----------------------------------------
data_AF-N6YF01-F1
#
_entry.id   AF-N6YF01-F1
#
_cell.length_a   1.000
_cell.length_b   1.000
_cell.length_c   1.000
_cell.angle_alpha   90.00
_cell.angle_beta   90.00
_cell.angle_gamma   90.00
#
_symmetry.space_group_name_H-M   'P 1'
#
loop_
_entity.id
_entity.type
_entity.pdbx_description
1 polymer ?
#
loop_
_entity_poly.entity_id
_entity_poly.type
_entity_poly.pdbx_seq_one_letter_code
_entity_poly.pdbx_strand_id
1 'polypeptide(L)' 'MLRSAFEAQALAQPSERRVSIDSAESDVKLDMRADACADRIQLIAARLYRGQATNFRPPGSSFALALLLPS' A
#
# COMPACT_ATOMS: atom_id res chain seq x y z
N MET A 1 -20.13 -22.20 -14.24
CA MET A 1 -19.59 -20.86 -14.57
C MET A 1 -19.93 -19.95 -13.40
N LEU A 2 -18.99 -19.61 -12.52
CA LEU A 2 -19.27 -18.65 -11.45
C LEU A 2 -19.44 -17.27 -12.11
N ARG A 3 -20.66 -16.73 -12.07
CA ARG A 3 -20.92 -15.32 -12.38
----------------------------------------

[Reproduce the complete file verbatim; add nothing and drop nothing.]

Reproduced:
data_AF-N6YF01-F1
#
_entry.id   AF-N6YF01-F1
#
_cell.length_a   1.000
_cell.length_b   1.000
_cell.length_c   1.000
_cell.angle_alpha   90.00
_cell.angle_beta   90.00
_cell.angle_gamma   90.00
#
_symmetry.space_group_name_H-M   'P 1'
#
loop_
_entity.id
_entity.type
_entity.pdbx_description
1 polymer ?
#
loop_
_entity_poly.entity_id
_entity_poly.type
_entity_poly.pdbx_seq_one_letter_code
_entity_poly.pdbx_strand_id
1 'polypeptide(L)' 'MLRSAFEAQALAQPSERRVSIDSAESDVKLDMRADACADRIQLIAARLYRGQATNFRPPGSSFALALLLPS' A
#
# COMPACT_ATOMS: atom_id res chain seq x y z
N MET A 1 -20.13 -22.20 -14.24
CA MET A 1 -19.59 -20.86 -14.57
C MET A 1 -19.93 -19.95 -13.40
N LEU A 2 -18.99 -19.61 -12.52
CA LEU A 2 -19.27 -18.65 -11.45
C LEU A 2 -19.44 -17.27 -12.11
N ARG A 3 -20.66 -16.73 -12.07
CA ARG A 3 -20.92 -15.32 -12.38